Skip to content

HUD Files

The Files property defines a list of instructions made up of HUD elements and values to apply to the HUD.

The files property can contain 0 or more file paths relative to the root of the HUD. Each file path can be seperated by slash (/), backslash (\) or double backslash (\\).

Note

Files that have the extensions .res, .vmt and .vdf are treated as HUD files, files that have the .txt extension are treated as HUD Animations files.

For more information on HUD animations, see HUD Animations.

If the file does not exist, TF2HUD.Editor will create it with the values specified. If it does, the editor will merge the values specified with the already existing HUD values.

The value of the current control can be used for or inside a HUD element value by using the $value keyword. Values of other controls can be accessed using a dollar sign and the ID of the control

{
  "Files": {
    "resource/clientscheme.res": {
      "Scheme":{
        "Colors": {
          "Health Colour": "$value"
        }
      }
    }
  }
}

For HUD files that have a header element that matches their file name (such as "Resource/UI/HudMedicCharge.res"), the editor will apply the values specified inside the header element, for other files (such as clientscheme files), the object will need to specify the absolute desired location of the value.

Containing header element:

"Files": {
  "resource/ui/hudplayerhealth.res": {
    // Resource/UI/HudPlayerHealth.res is not present
    "PlayerStatusHealthValue": {
        "fgcolor": "$value"
    }
  }
}

No containing header element:

  "Files": {
    "resource/clientscheme.res": {
      "Scheme": {
        "Colors": {
            "Health Color": "$value"
        }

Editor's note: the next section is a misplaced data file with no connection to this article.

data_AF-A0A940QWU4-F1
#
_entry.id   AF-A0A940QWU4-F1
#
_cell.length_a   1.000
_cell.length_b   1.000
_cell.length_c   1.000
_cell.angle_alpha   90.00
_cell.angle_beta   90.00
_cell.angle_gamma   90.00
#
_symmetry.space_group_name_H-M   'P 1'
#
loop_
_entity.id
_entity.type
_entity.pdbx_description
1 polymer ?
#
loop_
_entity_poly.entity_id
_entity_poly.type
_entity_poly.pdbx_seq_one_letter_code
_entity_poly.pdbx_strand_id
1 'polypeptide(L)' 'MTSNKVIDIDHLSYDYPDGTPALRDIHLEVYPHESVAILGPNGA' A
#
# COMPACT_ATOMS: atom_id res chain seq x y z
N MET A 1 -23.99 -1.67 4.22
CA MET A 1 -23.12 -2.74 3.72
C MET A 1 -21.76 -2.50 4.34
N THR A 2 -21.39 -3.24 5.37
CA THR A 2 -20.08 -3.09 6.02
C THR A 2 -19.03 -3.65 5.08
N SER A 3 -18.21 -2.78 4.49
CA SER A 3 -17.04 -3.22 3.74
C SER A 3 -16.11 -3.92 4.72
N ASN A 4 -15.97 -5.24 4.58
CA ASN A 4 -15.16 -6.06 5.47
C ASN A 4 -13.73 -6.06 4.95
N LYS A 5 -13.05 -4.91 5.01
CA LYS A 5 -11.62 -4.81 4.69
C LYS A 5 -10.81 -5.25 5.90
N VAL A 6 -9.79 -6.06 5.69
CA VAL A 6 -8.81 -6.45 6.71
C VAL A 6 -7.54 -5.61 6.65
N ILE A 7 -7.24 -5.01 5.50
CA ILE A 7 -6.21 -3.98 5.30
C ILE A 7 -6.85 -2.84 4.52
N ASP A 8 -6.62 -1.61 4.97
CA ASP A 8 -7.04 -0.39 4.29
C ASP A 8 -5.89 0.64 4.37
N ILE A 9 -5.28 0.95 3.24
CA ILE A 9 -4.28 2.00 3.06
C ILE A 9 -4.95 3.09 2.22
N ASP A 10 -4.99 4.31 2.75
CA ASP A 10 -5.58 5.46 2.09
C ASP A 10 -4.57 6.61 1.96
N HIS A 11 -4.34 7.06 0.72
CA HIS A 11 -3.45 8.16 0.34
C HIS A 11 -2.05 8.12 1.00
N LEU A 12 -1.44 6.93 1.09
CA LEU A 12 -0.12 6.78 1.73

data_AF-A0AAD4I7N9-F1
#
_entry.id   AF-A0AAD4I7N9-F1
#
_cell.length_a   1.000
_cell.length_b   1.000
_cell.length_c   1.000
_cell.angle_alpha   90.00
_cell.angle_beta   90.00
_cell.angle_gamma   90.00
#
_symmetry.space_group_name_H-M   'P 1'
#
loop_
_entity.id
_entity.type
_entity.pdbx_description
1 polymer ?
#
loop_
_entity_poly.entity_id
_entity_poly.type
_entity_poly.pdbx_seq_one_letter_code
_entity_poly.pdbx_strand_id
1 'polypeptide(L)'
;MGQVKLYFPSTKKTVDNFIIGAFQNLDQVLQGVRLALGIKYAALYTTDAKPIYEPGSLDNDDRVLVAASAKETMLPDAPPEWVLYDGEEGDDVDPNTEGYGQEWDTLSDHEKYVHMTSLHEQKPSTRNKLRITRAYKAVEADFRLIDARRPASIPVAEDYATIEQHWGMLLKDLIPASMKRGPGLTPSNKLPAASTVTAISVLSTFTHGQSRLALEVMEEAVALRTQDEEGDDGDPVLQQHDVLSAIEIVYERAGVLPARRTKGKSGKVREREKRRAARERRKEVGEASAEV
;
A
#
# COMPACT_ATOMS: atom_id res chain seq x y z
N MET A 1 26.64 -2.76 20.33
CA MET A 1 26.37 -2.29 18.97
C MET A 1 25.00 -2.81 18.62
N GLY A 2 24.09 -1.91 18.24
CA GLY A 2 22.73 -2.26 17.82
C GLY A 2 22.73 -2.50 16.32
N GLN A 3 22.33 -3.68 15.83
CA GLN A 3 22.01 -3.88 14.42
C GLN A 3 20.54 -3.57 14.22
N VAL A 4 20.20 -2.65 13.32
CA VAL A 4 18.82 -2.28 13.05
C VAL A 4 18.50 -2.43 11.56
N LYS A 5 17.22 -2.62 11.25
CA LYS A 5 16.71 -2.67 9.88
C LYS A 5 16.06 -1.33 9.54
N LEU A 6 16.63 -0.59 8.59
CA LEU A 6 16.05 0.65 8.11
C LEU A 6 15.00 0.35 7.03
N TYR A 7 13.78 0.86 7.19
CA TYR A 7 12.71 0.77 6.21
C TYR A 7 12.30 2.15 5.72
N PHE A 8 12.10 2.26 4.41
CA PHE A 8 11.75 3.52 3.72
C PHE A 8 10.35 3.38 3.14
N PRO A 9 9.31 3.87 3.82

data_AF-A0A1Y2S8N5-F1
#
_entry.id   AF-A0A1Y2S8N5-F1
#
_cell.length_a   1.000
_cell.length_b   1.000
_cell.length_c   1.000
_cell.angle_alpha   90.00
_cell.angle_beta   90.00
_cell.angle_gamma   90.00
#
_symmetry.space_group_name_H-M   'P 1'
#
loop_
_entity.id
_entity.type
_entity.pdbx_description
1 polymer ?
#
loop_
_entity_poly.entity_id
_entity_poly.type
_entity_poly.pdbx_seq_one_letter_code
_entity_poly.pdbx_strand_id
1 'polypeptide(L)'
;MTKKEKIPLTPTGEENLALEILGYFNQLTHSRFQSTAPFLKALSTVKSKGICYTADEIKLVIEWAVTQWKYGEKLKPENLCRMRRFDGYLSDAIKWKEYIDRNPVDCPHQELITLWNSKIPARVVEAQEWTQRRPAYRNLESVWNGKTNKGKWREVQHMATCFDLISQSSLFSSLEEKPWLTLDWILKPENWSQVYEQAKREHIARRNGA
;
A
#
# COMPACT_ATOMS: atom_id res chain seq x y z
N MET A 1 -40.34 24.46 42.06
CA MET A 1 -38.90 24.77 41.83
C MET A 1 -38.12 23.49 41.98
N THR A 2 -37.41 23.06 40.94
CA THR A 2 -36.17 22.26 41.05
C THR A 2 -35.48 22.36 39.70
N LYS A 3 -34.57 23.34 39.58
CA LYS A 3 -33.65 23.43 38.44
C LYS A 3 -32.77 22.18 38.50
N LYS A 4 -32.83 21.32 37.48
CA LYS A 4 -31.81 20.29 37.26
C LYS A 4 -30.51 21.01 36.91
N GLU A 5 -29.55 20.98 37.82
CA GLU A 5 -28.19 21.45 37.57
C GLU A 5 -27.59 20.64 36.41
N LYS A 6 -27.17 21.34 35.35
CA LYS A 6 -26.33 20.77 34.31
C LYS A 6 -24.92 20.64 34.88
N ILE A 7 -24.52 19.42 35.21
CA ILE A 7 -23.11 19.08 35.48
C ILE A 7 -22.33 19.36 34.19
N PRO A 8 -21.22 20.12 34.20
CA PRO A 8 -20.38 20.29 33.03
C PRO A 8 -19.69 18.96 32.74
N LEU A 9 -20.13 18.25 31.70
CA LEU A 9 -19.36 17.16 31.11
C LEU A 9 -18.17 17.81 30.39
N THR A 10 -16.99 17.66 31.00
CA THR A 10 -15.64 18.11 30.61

}
    }
  }

Note that the following example is NOT correct:

  "Files": {
    "resource/ui/hudplayerhealth.res": {
      // "Resource/UI/HudPlayerHealth.res" is present, but will be inside itself!
      "Resource/UI/HudPlayerHealth.res": {
        "PlayerStatusHealthValue": {
          "fgcolor": "$value"
        }
      }
    }
  }

Special Keys

Special keys can appear anywhere within a file entry in the Files object, however they are performed before the HUD properties are written to the file and will not appear inside the HUD file.

Special Keys also do not care about the structure of the HUD elements, and will overwrite instances of their instructions anywhere.

Replace

The replace special key is for use with the CheckBox control (see Controls). It takes a list that contains 2 strings of text and replaces raw text in the file based on the value of the CheckBox

If the checkbox is checked, the editor will replace all occurences of the first item in the list with the second item. if the CheckBox is unchecked, the editor will replace all occurences of the second item in the list with the first item.

{
  ...
  "replace": [
    "Red",
    "Green"
  ]
  ...
}

Always ensure your replace usage is as greedy as possible, for example the following code will leak text and break the HUD:

{
  ...
  "replace": [
    "HUD_Font_",
    "HUD_Font_Lato_"
  ]
  ...
}

After being run multiple times, this code will result in HUD_Font_Lato_Lato_Lato_Lato_

Warning

It is not recommended to write VDF in the parameters of a special key, as the formatting of the HUD will change when the editor writed the specified properties

HUD Element Keywords

Unlike Special Keys, HUD element keywords work within the structure of a HUD file.

True/False

The true/false object will evaluate the value of the CheckBox control and return the value that matches the setting of the CheckBox control.

{
  "Label": "Enable Custom Crosshair",
  ...
  "Files": {
  "scripts/hudlayout.res": {
    "Crosshair": {
      "visible": {
        "true": "1",
        "false": "0"
      }
    }
  }
}

Assuming the CheckBox is checked, this will result in the following

  "Crosshair"
  {
    ...
    "visible"    "1"
    ...
  }

True/False (Ternary)

Currently, you can evaluate the value of a CheckBox using a ternary expression wrapped in curly braces.

{
  "Files":{
    "scripts/hudlayout.res": {
        "Crosshair": {
            "visible": "{$value ? 1 : 0}"
        }
    }
  }
}

The ternary statement can also be used inline with other values

{
  "scripts/hudlayout.res": {
    "Crosshair": {
      "font": "Crosshair Size $value | Outline {$my_hud_enable_crosshair_outline ? ON : OFF}"
    }
  }
}

When compiled, this will result in the following

  "Crosshair"
  {
    "font"      "Crosshair Size 32 | Outline ON"
  }

Operating System Tags

Operating System Tags can be represents by putting a ^ followed by the tag in the property name

  ...
  "xpos": "10",
  "xpos^[$WIN32]": "20"
  ...

After being written to the HUD, this will be represented as:

"xpos"    "10"
"xpos"    "20" [$WIN32]

Last update: September 24, 2022